Heavily polluting cars such as ‘sport utility vehicles’(SUVs) should be taxed more to stem the growth in air pollution, according to the Scottish Greens.
The party proposes to double the first-year vehicle excise duty (VED) on all vehicles producing over 111g of CO2 per kilometre.
This would mean a new Land Rover Range Rover Evoque would be taxed £1,060 in the first year instead of £530.
The call comes after research from the International Energy Agency showed that SUVs now account for 40% of new car sales, with increasing demand nullifying any reductions in CO2 emissions made by people switching to electric vehicles.
Coupled with Tory reforms to vehicle excise duty in 2017 and the freeze in fuel duty, Westminster has overseen a massive increase in traffic and climate emissions.
Commenting from the air pollution monitor at Bearsden cross, which has seen the legal limit of traffic fumes breached twice this year, Scottish Greens co-leader Patrick Harvie said: “It’s a climate emergency, and traffic emissions are going up. Growing demand for Chelsea tractors has been the second largest contributor to the increase in global CO2 emissions this decade.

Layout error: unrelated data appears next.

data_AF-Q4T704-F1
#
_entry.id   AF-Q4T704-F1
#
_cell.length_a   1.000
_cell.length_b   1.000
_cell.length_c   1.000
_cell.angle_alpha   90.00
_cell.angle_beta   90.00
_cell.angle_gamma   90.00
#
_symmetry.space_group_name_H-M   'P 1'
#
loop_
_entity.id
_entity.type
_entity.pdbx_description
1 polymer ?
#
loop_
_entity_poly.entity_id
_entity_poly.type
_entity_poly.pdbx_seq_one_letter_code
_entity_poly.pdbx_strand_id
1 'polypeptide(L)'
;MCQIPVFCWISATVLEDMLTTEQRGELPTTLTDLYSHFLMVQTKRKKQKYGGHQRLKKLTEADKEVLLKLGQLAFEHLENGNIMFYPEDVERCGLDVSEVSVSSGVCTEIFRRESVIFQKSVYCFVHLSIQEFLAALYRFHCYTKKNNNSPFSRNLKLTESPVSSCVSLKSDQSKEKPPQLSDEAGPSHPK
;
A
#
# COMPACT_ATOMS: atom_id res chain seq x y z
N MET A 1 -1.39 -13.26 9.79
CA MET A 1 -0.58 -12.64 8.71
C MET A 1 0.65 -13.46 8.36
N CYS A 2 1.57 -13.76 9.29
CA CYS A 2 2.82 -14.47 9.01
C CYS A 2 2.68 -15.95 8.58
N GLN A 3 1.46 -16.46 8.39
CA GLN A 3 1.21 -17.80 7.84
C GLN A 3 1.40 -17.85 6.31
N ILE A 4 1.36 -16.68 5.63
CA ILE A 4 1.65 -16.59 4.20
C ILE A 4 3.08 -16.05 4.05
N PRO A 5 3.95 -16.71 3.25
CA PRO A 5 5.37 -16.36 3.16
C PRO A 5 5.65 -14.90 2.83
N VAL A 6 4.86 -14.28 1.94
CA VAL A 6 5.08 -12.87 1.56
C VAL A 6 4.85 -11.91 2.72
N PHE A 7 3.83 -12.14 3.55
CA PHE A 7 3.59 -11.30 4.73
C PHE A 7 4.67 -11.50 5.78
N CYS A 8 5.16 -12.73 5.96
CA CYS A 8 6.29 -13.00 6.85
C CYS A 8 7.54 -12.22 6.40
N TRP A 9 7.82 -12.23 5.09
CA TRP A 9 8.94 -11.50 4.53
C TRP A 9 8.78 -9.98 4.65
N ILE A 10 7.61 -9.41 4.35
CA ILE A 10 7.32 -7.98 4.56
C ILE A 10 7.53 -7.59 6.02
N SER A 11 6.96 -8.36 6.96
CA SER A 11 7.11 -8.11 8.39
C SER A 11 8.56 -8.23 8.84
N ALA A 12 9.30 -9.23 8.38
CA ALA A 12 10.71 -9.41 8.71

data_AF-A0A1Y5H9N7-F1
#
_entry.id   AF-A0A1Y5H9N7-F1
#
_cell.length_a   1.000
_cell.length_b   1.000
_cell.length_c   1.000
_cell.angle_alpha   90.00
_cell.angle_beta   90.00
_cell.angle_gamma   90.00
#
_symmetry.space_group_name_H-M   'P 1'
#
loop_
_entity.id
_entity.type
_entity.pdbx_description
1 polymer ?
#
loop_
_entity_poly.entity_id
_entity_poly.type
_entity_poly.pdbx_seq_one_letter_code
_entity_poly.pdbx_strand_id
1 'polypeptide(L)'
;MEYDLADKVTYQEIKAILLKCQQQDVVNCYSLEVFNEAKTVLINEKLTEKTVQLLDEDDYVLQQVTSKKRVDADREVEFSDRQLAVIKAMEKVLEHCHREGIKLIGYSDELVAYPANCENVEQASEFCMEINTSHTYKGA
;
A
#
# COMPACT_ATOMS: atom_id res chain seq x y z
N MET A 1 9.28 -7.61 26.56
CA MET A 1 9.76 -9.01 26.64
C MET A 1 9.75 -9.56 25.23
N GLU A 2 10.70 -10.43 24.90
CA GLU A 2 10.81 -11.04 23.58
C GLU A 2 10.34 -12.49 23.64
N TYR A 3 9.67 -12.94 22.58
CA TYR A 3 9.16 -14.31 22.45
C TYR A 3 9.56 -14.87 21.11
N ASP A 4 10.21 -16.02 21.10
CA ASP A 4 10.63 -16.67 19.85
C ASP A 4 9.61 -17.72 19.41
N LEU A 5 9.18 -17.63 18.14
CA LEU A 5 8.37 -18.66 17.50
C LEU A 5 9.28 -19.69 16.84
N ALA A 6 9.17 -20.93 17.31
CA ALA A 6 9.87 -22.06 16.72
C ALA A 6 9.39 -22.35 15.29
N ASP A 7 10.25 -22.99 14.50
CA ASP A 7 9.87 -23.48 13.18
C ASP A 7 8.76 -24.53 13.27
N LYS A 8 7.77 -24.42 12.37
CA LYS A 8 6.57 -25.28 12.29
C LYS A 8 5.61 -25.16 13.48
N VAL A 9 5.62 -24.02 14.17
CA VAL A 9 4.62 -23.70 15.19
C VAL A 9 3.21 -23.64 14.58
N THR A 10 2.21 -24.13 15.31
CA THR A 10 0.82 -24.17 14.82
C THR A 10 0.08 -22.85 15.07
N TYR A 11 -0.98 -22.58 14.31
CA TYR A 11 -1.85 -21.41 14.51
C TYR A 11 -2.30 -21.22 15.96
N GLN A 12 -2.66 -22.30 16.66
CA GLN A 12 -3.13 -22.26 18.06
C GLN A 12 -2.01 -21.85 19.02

“We urgently need to curb that growth, especially with more and more evidence linking traffic fumes with cancer, heart disease, asthma, strokes and more.
“For the planet and public health, Scottish Greens propose doubling the tax on the most polluting vehicles for their first Vehicle Excise Duty (VED).
“This could generate over £500 million a year across the UK to fund measures to tackle air pollution. Scotland’s share would be £50m, which Greens would invest in things like Low Emission Zones.
“The Scottish and UK Governments have pledged to end the sales of diesel and petrol cars, but as usual, neither are taking any action to deliver their promises. Only a vote for the Scottish Greens will demand climate action.”
The growth in demand for SUVs were the second-largest contributor to the increase in global CO2 emissions since 2010 after the power sector, but ahead of heavy industry.